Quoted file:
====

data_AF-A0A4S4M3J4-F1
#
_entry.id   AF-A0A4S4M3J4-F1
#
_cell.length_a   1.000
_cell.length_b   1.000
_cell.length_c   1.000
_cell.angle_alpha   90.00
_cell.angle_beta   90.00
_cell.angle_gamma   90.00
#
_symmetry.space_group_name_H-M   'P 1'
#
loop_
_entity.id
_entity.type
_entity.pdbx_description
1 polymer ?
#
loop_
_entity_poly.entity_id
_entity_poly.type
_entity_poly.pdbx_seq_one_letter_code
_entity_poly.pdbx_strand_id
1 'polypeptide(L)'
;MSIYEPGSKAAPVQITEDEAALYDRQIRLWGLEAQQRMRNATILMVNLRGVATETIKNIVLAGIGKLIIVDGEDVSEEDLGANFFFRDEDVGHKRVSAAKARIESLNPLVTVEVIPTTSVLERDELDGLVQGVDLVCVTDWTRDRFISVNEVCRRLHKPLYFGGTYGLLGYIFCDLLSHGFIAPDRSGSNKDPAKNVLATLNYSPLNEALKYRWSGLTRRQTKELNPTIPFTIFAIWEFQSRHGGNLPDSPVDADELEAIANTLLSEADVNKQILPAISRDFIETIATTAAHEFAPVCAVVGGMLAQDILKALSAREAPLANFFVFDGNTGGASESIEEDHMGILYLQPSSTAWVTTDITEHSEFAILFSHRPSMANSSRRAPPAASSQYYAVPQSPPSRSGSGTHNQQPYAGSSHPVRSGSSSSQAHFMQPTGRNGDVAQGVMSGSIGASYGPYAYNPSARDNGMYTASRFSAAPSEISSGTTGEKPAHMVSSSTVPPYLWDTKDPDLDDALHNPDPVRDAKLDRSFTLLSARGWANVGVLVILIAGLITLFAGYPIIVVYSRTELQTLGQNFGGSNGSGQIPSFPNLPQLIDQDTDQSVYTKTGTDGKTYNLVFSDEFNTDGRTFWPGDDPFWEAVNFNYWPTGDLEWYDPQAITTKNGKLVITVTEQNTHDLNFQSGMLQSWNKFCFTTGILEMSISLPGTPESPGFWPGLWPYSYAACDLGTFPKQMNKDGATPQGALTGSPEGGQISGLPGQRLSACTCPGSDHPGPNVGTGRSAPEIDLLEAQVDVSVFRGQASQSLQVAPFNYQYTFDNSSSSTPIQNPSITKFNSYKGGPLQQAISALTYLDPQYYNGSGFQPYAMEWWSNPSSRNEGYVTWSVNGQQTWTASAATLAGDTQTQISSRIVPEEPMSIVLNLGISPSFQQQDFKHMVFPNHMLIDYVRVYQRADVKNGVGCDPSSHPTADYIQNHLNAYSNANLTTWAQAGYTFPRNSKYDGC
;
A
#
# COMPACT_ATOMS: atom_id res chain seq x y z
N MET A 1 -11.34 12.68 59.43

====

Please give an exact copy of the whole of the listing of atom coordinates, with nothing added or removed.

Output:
data_AF-A0A4S4M3J4-F1
#
_entry.id   AF-A0A4S4M3J4-F1
#
_cell.length_a   1.000
_cell.length_b   1.000
_cell.length_c   1.000
_cell.angle_alpha   90.00
_cell.angle_beta   90.00
_cell.angle_gamma   90.00
#
_symmetry.space_group_name_H-M   'P 1'
#
loop_
_entity.id
_entity.type
_entity.pdbx_description
1 polymer ?
#
loop_
_entity_poly.entity_id
_entity_poly.type
_entity_poly.pdbx_seq_one_letter_code
_entity_poly.pdbx_strand_id
1 'polypeptide(L)'
;MSIYEPGSKAAPVQITEDEAALYDRQIRLWGLEAQQRMRNATILMVNLRGVATETIKNIVLAGIGKLIIVDGEDVSEEDLGANFFFRDEDVGHKRVSAAKARIESLNPLVTVEVIPTTSVLERDELDGLVQGVDLVCVTDWTRDRFISVNEVCRRLHKPLYFGGTYGLLGYIFCDLLSHGFIAPDRSGSNKDPAKNVLATLNYSPLNEALKYRWSGLTRRQTKELNPTIPFTIFAIWEFQSRHGGNLPDSPVDADELEAIANTLLSEADVNKQILPAISRDFIETIATTAAHEFAPVCAVVGGMLAQDILKALSAREAPLANFFVFDGNTGGASESIEEDHMGILYLQPSSTAWVTTDITEHSEFAILFSHRPSMANSSRRAPPAASSQYYAVPQSPPSRSGSGTHNQQPYAGSSHPVRSGSSSSQAHFMQPTGRNGDVAQGVMSGSIGASYGPYAYNPSARDNGMYTASRFSAAPSEISSGTTGEKPAHMVSSSTVPPYLWDTKDPDLDDALHNPDPVRDAKLDRSFTLLSARGWANVGVLVILIAGLITLFAGYPIIVVYSRTELQTLGQNFGGSNGSGQIPSFPNLPQLIDQDTDQSVYTKTGTDGKTYNLVFSDEFNTDGRTFWPGDDPFWEAVNFNYWPTGDLEWYDPQAITTKNGKLVITVTEQNTHDLNFQSGMLQSWNKFCFTTGILEMSISLPGTPESPGFWPGLWPYSYAACDLGTFPKQMNKDGATPQGALTGSPEGGQISGLPGQRLSACTCPGSDHPGPNVGTGRSAPEIDLLEAQVDVSVFRGQASQSLQVAPFNYQYTFDNSSSSTPIQNPSITKFNSYKGGPLQQAISALTYLDPQYYNGSGFQPYAMEWWSNPSSRNEGYVTWSVNGQQTWTASAATLAGDTQTQISSRIVPEEPMSIVLNLGISPSFQQQDFKHMVFPNHMLIDYVRVYQRADVKNGVGCDPSSHPTADYIQNHLNAYSNANLTTWAQAGYTFPRNSKYDGC
;
A
#
# COMPACT_ATOMS: atom_id res chain seq x y z
N MET A 1 -11.34 12.68 59.43